A Misstatement of the Case

Gerald Seib opened his Monday Wall Street Journal piece with this bit:

…Americans have learned they can’t really count on Washington to deal with this crisis for them. Local leaders, businesses, churches, sports leagues—all have taken up the task, and done so more effectively than the political leadership in Washington.

That’s as it should be. Responsibility is individual, personal; we cannot wish any of that off onto others, much less government. All government can do—and it should do this much—is help us satisfy our own obligations.

That help, also, needs to come from the bottom up, with the Federal government’s help coming last. That top tier of our American government hierarchy has national responsibilities, and even with the present COVID-19 situation, conditions on the ground vary widely from locale to locale, State to State. Responses need to be similarly local or unique to each State.

The Federal government can spur development of medical treatments—the public-private partnerships with medical enterprises, for instance—and short-term (I’ll repeat that: short-term, with sunset clauses built in to guarantee shortness) economic measures to mitigate the stresses on our businesses, small and large. It can deploy military mobile hospitals and shelters to particular hot spots, and it can take other such temporary nation-wide steps to mitigate the situation.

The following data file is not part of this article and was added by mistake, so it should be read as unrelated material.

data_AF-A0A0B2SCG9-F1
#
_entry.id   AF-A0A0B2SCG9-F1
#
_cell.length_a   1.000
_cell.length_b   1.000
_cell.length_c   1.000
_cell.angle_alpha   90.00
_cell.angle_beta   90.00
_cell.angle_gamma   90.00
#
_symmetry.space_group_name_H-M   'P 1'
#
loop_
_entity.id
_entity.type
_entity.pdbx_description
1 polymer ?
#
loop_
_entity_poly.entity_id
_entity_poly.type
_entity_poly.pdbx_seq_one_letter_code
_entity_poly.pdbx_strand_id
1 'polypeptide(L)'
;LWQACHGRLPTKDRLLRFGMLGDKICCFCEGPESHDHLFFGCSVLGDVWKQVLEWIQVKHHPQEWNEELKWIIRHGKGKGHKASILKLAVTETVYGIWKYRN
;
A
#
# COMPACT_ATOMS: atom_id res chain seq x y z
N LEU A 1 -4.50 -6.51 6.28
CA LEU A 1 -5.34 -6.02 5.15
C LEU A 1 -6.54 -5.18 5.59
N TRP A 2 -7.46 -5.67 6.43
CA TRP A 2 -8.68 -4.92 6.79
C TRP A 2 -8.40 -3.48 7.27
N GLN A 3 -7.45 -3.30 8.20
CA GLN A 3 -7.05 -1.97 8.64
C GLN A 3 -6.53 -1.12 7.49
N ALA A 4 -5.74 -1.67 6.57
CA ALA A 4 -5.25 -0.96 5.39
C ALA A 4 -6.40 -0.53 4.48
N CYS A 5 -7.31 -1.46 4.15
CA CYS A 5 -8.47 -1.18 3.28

Necessary mitigation, even control, of the situation, though, must begin with us as individuals. That mitigation begins with stopping our panic-buying and hoarding of necessary supplies. They continue with looking out for our most vulnerable neighbors: the elderly, the less or non-mobile, the poor among us.  They go further: avoiding large gatherings for the duration (which is not the same as not going out at all, not giving our custom to the mom and pop businesses in our neighborhoods and city regions), seeing to the welfare of neighbors with early grade school-aged children whose schools have been closed for the duration, checking on the older kids.

We need, also, to consider a mantra from a war we fought four generations ago: Is this trip really necessary? (And yes, it is, within the context of continuing to do at least occasional business with those mom and pops.)

In the end, we must revive and live by the words a man spoke some 60 years ago (which I’ll rephrase here): Ask not what your government can do for you. Ask what you can do for yourself and your neighbor.

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